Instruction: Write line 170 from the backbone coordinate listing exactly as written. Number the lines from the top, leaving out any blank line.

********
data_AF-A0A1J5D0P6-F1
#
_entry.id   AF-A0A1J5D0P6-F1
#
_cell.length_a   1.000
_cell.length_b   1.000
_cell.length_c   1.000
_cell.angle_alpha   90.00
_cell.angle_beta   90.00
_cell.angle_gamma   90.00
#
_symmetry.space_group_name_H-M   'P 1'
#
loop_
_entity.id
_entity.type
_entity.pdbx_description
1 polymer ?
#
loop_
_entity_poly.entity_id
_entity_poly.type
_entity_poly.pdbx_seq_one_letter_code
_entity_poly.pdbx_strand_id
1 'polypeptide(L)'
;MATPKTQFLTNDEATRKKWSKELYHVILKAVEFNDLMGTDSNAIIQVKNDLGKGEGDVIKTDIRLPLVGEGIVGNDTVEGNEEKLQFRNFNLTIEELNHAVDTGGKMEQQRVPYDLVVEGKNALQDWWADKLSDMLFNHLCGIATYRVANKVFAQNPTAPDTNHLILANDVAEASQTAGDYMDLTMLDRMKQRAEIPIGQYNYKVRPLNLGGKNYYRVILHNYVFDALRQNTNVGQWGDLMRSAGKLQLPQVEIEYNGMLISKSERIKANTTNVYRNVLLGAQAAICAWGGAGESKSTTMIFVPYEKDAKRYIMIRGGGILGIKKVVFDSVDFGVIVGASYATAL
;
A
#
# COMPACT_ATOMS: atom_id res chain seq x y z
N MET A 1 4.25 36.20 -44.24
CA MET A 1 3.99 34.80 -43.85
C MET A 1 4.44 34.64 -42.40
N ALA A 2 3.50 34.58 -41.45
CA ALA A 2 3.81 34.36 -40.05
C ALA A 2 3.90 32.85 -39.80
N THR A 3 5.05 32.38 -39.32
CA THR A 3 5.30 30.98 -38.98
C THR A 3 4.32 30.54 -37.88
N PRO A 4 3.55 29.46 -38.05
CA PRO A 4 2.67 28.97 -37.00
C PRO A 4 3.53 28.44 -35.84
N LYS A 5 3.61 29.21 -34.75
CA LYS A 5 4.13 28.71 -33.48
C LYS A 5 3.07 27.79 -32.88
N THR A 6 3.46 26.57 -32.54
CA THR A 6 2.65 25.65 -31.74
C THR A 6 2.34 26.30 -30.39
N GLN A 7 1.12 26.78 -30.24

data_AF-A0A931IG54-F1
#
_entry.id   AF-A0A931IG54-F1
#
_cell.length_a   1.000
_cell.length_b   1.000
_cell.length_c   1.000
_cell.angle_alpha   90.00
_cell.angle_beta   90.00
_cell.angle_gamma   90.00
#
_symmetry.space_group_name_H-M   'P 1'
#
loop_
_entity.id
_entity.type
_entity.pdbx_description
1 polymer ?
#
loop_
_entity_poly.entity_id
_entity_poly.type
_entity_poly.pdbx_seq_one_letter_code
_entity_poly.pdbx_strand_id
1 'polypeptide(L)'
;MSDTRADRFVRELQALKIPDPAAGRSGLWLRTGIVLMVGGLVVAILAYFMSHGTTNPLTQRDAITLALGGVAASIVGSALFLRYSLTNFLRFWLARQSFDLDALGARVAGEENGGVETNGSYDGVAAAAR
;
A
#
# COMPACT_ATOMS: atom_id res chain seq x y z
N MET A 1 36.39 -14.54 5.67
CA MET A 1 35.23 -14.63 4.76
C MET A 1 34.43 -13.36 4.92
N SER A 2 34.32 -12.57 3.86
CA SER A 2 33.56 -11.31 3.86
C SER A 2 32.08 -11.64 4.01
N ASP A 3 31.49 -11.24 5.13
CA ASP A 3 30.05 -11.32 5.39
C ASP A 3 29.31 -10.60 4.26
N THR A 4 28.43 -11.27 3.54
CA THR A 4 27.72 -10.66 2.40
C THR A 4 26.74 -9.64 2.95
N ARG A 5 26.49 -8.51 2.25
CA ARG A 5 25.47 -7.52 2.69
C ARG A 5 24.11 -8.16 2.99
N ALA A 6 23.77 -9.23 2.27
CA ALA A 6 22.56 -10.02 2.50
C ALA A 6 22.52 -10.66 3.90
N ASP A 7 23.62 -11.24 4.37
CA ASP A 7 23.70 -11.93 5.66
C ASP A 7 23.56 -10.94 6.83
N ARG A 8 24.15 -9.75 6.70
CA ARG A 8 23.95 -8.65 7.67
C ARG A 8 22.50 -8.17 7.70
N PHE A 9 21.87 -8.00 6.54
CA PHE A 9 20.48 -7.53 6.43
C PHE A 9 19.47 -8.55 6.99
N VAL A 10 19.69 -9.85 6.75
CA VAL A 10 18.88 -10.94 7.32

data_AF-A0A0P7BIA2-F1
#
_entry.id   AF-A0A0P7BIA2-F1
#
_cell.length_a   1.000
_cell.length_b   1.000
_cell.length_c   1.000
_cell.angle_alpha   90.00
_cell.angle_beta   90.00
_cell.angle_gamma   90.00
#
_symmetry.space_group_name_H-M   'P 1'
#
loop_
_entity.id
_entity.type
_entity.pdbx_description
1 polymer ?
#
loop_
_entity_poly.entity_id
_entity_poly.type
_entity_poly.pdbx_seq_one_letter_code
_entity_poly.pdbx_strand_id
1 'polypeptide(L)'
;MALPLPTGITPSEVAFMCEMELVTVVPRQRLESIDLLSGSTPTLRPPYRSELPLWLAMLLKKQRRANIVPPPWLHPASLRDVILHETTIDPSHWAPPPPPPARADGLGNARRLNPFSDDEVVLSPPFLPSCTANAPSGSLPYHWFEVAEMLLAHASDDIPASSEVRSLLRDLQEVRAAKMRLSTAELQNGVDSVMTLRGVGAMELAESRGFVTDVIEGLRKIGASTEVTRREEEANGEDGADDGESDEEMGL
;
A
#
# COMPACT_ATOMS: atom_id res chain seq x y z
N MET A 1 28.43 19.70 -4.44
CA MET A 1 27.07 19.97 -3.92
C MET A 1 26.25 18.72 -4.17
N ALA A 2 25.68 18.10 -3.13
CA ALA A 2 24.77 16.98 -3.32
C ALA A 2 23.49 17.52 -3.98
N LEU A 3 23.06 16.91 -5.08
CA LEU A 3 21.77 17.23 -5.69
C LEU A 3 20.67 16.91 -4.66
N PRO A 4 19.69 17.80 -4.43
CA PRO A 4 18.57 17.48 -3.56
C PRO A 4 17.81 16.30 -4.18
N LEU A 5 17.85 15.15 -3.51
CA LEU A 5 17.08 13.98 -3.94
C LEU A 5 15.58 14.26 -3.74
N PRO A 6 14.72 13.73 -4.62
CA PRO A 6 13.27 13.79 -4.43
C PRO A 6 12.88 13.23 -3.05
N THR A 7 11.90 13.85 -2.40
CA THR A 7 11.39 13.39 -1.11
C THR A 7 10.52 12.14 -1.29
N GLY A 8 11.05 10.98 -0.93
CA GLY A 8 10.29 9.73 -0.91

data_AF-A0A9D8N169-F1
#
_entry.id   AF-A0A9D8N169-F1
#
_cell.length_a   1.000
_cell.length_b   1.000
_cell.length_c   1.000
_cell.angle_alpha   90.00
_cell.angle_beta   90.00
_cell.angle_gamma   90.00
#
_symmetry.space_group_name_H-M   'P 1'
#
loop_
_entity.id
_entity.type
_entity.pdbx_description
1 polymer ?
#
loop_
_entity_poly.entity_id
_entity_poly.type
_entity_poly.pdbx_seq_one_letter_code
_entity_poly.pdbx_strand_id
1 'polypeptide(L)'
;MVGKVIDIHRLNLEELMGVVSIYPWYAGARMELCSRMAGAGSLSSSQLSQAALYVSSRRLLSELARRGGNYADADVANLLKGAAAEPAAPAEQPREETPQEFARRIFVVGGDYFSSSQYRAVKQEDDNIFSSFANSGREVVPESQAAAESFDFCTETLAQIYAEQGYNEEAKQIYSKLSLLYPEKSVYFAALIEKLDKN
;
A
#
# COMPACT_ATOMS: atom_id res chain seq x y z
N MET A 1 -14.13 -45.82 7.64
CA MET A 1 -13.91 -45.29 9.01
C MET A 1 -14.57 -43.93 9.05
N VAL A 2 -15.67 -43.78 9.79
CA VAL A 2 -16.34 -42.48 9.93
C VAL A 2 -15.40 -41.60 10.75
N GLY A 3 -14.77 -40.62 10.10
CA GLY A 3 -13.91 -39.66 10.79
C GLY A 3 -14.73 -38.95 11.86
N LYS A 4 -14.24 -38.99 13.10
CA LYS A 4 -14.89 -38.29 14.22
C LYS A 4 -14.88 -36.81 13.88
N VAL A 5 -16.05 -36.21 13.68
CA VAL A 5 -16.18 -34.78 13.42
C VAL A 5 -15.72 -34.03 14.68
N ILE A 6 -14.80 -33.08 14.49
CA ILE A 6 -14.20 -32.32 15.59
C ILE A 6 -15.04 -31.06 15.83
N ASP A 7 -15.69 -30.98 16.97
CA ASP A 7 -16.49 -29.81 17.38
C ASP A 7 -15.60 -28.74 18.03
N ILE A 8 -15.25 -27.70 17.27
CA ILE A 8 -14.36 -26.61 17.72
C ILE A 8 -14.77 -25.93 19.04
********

_cell.angle_beta   90.00